At ‘going rate’ is Memorial Cup out of reach for teams? . . . Broncos in hiring mode . . . Viveiros now works for Oilers

MacBeth

D Jonathon Blum (Vancouver, 2005-09) signed a one-year contract with Torpedo Nizhny Novgorod (Russia, KHL). This season, with Admiral Vladivostok (Russia, KHL), he had one goal and 18 assists in 43 games. He was an alternate captain. . . .  Blum was released for financial reasons and signed by Sochi (Russia, KHL) on Dec. 27. He had three assists in 10 games with Sochi.


ThisThat

Has the CHL jumped the shark with the Memorial Cup? You are free to ask that question after a story by Josh Brown in the Kitchener-Waterloo Record.

“At the going rate,” Brown writes, “hosting the Memorial Cup is out of reach for the Kitchener Rangers.

“Chief operating officer Steve Bienkowski says the club, which is considered one of the Canadian Hockey League’s most stable franchises, could not afford to put on the annual junior hockey showcase at its current bidding price of $3.65 million.”

Bienkowski told Brown: “There is no way we could bid if that was the number. If it’s that dollar type of guarantee than we’re priced out. I’m not sure there is an Ontario market that is priced in.”

With the 2018 Memorial Cup ongoing in Regina, it was reported during the week that the Pats paid the CHL a total of $3.65 million — $3 million plus $650,000 for expenses — for hosting rights to what is the trophy’s 100th anniversary tournament. This also is the Pats’ 100th anniversary season.

The Pats owners expect to lose $2 million by the time all the bills are paid.

According to Brown:

“Kitchener guaranteed a profit of $1.8 million when it bid for — and won — the right to host the Memorial Cup in 2008.

“More than 53,000 fans attended games at the Aud and the club produced a tidy $1.95 million profit, which was the highest in CHL history at the time.”

Brown’s story, which is full of all kinds of nuggets, is right here.


As expected, the NHL’s Edmonton Oilers announced Friday that they have added Manny Viveiros as an assistant coach. Viveiros spent the past two seasons as the director of hockey operations and head coach of the WHL’s Swift Current Broncos.

The announcement came two days after the WHL-champion Broncos were eliminated from the Memorial Cup tournament in Regina after going 0-3. En route to the WHL title, the Broncos played a league-record 26 playoff games; they won two six-game series and two seven-game affairs. (The 1984 Regina Pats, 1986 Medicine Hat Tigers and 1979 Portland Winterhawks both played 25 games.)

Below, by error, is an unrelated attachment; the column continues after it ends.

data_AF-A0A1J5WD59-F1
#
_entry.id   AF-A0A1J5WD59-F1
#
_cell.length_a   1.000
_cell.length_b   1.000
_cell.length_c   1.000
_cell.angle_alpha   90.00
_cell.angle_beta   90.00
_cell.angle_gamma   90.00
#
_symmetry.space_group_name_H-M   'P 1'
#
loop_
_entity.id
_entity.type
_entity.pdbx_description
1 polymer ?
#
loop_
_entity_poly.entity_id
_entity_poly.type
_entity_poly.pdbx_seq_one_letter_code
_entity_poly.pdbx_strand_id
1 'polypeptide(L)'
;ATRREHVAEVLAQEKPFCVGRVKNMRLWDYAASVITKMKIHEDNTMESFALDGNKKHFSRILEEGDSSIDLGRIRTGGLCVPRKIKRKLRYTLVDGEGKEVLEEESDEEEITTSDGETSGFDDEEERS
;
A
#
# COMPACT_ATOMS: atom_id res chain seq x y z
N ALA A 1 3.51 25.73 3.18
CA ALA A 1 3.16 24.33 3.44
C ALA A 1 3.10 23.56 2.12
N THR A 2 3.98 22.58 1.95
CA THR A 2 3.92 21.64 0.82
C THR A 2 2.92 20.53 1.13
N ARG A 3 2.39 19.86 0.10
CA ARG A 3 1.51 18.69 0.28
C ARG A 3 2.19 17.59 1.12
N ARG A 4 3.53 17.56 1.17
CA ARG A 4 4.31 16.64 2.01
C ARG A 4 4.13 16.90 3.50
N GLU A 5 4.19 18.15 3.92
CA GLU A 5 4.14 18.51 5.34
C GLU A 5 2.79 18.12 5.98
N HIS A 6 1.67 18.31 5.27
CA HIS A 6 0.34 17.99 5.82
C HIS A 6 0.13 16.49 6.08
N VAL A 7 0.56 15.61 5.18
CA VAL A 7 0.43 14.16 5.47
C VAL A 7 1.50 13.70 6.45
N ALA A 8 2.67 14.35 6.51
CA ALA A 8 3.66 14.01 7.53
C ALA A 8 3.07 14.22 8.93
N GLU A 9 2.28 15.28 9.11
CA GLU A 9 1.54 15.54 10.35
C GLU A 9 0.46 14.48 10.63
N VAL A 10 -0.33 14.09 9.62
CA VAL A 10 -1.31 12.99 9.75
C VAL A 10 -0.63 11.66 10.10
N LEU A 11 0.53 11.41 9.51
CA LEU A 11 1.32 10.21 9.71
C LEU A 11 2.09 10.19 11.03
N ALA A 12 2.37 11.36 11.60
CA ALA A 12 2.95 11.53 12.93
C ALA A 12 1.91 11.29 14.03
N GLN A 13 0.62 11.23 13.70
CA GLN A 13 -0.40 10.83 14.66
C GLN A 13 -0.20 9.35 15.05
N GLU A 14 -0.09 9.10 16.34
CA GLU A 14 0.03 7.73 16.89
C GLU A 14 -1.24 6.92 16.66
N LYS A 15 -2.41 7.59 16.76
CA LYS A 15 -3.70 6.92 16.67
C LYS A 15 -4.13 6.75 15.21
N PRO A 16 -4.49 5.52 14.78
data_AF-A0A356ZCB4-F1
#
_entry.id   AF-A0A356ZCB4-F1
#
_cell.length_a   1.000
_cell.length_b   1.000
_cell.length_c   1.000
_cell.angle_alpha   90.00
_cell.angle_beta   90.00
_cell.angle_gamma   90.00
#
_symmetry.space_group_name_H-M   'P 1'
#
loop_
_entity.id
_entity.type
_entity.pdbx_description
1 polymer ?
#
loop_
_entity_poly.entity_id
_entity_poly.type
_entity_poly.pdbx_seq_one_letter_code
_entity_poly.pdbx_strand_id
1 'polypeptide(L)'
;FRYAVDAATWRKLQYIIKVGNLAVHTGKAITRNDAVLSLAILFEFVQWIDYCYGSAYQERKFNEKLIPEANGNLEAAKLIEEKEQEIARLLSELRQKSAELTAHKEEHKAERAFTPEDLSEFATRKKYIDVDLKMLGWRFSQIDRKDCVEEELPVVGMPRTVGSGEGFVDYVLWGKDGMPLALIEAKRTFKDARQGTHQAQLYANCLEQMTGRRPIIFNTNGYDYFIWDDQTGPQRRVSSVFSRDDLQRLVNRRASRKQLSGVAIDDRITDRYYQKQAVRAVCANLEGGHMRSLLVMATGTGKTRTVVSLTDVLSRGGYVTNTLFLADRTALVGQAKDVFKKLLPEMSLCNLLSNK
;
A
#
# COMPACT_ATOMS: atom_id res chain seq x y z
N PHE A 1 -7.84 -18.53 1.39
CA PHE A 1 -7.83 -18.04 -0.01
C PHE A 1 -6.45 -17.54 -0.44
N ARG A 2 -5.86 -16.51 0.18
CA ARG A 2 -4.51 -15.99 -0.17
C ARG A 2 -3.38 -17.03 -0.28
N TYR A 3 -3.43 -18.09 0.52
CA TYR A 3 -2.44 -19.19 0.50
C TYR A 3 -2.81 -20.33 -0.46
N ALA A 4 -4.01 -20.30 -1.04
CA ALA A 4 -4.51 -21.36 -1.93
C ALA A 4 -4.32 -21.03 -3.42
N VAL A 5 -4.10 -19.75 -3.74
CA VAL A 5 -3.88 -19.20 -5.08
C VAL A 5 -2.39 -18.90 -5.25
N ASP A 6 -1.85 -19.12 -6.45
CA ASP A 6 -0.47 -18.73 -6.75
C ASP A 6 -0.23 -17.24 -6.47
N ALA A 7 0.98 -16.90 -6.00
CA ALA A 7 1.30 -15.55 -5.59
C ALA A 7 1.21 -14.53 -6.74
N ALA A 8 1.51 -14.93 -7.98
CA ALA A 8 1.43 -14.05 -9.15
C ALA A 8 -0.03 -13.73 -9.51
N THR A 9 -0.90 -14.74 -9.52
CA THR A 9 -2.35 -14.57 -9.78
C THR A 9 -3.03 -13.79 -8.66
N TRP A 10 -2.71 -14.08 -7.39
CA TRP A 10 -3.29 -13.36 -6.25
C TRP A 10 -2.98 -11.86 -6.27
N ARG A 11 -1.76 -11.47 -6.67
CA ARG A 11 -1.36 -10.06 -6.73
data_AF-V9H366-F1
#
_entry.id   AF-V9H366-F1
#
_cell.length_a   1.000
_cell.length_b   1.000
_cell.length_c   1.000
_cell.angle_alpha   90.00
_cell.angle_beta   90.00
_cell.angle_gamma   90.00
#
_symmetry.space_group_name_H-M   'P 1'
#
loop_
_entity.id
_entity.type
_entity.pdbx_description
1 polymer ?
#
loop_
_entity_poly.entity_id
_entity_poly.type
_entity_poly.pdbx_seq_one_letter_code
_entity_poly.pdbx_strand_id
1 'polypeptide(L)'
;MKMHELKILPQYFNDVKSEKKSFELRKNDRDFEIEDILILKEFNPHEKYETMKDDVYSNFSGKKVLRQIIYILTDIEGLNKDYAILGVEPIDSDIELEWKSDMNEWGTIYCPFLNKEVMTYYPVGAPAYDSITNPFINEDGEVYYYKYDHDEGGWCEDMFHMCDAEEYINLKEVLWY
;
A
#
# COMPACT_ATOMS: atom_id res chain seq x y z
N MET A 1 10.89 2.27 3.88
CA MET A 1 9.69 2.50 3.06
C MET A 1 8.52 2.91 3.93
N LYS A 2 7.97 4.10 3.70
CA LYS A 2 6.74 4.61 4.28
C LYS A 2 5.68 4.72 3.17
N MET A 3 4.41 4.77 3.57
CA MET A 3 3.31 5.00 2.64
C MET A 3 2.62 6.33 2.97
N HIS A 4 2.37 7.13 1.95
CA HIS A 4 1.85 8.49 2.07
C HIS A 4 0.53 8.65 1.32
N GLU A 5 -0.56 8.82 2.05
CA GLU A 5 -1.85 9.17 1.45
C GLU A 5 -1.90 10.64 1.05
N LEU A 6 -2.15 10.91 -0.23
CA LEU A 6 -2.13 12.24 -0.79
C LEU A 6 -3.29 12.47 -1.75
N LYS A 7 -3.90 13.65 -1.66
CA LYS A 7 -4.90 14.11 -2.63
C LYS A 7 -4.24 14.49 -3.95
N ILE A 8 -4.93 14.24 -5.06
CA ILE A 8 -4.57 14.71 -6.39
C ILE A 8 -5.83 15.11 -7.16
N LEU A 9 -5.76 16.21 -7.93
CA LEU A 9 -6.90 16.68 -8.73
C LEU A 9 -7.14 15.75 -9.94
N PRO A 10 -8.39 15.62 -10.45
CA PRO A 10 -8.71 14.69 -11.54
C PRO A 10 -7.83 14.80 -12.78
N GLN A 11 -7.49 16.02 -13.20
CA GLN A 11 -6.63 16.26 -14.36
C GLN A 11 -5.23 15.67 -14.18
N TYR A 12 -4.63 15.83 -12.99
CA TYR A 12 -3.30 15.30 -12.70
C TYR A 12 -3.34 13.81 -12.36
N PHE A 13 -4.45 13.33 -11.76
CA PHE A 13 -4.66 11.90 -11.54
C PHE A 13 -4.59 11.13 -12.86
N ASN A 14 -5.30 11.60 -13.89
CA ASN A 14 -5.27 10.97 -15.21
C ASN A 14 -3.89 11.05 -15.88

Viveiros, 52, is a native of St. Albert, Alta. He coached for nine seasons in Europe before signing with the Broncos. A former defenceman with the Prince Albert Raiders, Viveiros also played in Europe for 16 seasons. Most of his European time was spent in Austria.

In Edmonton, he joins Oilers head coach Todd McLellan, who is a former GM/head coach of the Broncos, along with assistant coaches Glen Gulutzan and Trent Yawney, whose signings also were announced Friday.

McLellan (Saskatoon, 1982-87), Gulutzan (Brandon, Saskatoon, 1989-92), Yawney (Saskatoon, 1982-85) and Viveiros (Prince Albert, 1982-86) all played in the WHL. Considering that McLelland and Yawney were teammates who played against Viveiros, who played for the Blades’ arch-rivals in Prince Albert, there just might be some interesting conversations in the Oilers’ coaches’ room next season.

The Broncos announced Viveiros’s departure at a Friday morning news conference. At the same time, they announced that Dianne Sletten, their director of business operations, also is leaving the club.

If could be that the Broncos’ front office will have a completely new look come a new season.

They had been operating without a general manager, with Jamie Porter the director of hockey operations, and Viveiros holding the title of director of player personnel and head coach.

Porter has been rumoured as a possible candidate for openings with the Kamloops Blazers and Prince George Cougars, both of whom need a general manager. Also rumoured to be in the mix in Kamloops is Matt Bardsley, presently an assistant general manager with the Portland Winterhawks. Bardsley has been with the Winterhawks since 1999.


With Emanuel Viveiros leaving the Swift Current Broncos, it means that the past six WHL champions have lost their head coaches to the professional ranks. . . . Steve Konowalchuk SCBroncoswon the title with the Seattle Thunderbirds in 2017, then signed on as an assistant coach with the NHL’s Anaheim Ducks. . . . In 2016, the Brandon Wheat Kings, under GM/head coach Kelly McCrimmon, won the Ed Chynoweth Cup. McCrimmon then joined the Vegas Golden Knights as assistant general manager. . . . In 2015, head coach Dan Lambert helped the Kelowna Rockets win the WHL, then signed with the Buffalo Sabres as an assistant coach. . . . Derek Laxdal was the Edmonton Oil Kings’ head coach when they won the WHL in 2014. He then signed on with the NHL’s Dallas Stars as head coach of their AHL affiliate, the Texas Stars. . . . In 2013, Travis Green was the head coach as the Portland Winterhawks won the WHL title. He later joined the NHL’s Vancouver Canucks as the head coach of their AHL affiliate, the Utica Comets.